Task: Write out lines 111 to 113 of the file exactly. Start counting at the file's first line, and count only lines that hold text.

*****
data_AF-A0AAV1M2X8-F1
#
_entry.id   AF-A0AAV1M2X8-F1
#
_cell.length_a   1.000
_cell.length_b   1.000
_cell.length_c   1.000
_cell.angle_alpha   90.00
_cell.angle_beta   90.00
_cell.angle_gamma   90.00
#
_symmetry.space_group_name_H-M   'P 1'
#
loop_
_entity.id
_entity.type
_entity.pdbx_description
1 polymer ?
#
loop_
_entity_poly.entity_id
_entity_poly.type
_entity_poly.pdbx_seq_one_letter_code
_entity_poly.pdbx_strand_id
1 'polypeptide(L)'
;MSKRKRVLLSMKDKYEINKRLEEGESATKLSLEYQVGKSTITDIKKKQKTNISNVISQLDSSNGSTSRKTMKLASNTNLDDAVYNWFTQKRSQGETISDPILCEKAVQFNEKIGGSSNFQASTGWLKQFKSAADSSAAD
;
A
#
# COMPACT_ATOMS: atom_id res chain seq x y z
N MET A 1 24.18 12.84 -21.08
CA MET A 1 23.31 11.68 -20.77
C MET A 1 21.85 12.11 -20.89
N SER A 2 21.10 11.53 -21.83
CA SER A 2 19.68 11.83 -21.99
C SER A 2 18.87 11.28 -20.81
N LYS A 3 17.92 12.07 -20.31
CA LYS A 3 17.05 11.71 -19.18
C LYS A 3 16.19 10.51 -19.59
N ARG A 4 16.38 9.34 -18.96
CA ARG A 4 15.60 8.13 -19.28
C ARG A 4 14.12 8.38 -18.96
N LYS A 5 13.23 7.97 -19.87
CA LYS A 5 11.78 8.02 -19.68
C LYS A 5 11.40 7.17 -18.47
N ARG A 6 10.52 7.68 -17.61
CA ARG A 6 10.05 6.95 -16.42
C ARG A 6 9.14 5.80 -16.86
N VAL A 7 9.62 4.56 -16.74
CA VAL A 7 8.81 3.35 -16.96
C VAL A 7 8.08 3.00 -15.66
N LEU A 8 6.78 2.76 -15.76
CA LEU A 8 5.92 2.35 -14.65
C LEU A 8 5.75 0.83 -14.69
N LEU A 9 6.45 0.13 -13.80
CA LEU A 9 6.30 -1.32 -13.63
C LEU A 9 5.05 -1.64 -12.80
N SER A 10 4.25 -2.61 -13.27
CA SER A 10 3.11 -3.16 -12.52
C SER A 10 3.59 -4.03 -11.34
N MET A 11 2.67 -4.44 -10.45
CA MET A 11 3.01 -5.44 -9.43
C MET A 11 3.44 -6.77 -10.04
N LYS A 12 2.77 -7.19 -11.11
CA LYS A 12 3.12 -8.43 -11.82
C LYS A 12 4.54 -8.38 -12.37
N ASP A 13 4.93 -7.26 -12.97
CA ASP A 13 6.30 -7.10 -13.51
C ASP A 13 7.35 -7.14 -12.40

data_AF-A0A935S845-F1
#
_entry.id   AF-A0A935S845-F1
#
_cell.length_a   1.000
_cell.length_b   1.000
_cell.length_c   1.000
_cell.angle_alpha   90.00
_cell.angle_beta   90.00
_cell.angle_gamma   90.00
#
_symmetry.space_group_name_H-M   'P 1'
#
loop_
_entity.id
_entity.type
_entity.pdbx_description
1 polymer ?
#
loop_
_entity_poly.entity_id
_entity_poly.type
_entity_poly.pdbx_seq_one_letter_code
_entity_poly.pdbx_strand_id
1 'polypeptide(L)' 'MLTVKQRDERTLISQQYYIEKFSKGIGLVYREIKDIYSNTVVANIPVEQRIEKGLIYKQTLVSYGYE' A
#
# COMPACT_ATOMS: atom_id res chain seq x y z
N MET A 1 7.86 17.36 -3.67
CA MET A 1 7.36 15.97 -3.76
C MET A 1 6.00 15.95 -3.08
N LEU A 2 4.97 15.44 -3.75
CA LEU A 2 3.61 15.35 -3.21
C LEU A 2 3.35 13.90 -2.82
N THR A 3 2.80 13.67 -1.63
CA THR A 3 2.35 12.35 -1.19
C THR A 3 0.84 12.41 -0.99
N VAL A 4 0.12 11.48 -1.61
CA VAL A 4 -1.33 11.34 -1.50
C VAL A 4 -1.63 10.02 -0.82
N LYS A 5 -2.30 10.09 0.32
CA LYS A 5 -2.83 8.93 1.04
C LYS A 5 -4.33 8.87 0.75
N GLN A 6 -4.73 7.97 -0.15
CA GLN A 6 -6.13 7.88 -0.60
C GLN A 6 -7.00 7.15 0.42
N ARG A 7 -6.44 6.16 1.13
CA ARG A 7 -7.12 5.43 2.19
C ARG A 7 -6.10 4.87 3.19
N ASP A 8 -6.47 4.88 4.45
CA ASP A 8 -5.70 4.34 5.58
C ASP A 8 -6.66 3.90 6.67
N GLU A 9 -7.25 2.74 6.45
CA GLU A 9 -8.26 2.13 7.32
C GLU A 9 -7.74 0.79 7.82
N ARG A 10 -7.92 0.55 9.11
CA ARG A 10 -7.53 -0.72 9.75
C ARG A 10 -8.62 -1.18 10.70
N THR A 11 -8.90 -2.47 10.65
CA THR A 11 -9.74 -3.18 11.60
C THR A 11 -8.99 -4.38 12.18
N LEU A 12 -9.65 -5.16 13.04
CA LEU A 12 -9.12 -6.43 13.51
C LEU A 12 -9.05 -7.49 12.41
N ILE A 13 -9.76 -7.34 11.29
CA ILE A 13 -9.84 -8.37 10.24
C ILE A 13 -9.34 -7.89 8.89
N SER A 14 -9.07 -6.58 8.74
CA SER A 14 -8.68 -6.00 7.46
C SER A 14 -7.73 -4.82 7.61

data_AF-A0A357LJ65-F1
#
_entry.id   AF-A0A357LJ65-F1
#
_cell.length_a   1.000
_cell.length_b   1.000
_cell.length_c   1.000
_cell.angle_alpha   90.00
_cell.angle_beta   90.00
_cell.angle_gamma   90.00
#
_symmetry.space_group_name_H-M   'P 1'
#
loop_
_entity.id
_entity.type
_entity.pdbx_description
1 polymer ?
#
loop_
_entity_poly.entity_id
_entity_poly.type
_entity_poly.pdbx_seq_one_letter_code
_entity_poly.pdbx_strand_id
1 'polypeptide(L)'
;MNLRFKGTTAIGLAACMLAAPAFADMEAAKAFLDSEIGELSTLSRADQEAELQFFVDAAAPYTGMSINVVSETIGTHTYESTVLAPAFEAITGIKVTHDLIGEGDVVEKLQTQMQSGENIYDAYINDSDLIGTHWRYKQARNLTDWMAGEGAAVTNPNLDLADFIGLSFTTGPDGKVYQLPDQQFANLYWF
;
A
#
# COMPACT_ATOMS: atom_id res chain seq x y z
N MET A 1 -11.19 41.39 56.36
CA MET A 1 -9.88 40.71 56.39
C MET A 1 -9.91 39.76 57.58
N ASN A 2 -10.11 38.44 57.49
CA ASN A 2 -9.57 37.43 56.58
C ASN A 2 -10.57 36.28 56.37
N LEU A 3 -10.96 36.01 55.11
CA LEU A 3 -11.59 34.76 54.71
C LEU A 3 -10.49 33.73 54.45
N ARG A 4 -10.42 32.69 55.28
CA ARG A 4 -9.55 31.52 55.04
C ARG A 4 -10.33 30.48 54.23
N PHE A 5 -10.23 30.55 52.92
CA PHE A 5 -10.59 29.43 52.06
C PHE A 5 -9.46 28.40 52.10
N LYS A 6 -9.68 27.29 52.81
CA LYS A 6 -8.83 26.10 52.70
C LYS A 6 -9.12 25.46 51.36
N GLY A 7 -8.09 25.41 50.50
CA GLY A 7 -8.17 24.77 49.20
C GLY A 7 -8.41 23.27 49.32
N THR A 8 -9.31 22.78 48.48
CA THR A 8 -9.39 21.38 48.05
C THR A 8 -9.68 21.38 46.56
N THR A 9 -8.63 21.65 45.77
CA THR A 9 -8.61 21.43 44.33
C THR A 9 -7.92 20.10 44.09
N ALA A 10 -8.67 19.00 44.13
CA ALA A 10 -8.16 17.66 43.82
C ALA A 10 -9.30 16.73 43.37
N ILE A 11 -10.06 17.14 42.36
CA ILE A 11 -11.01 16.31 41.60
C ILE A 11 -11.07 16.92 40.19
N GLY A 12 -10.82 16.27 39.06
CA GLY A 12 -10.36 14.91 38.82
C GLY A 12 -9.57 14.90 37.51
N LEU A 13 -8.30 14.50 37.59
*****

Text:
C LYS A 5 -4.33 8.87 0.75
N GLN A 6 -4.73 7.97 -0.15
CA GLN A 6 -6.13 7.88 -0.60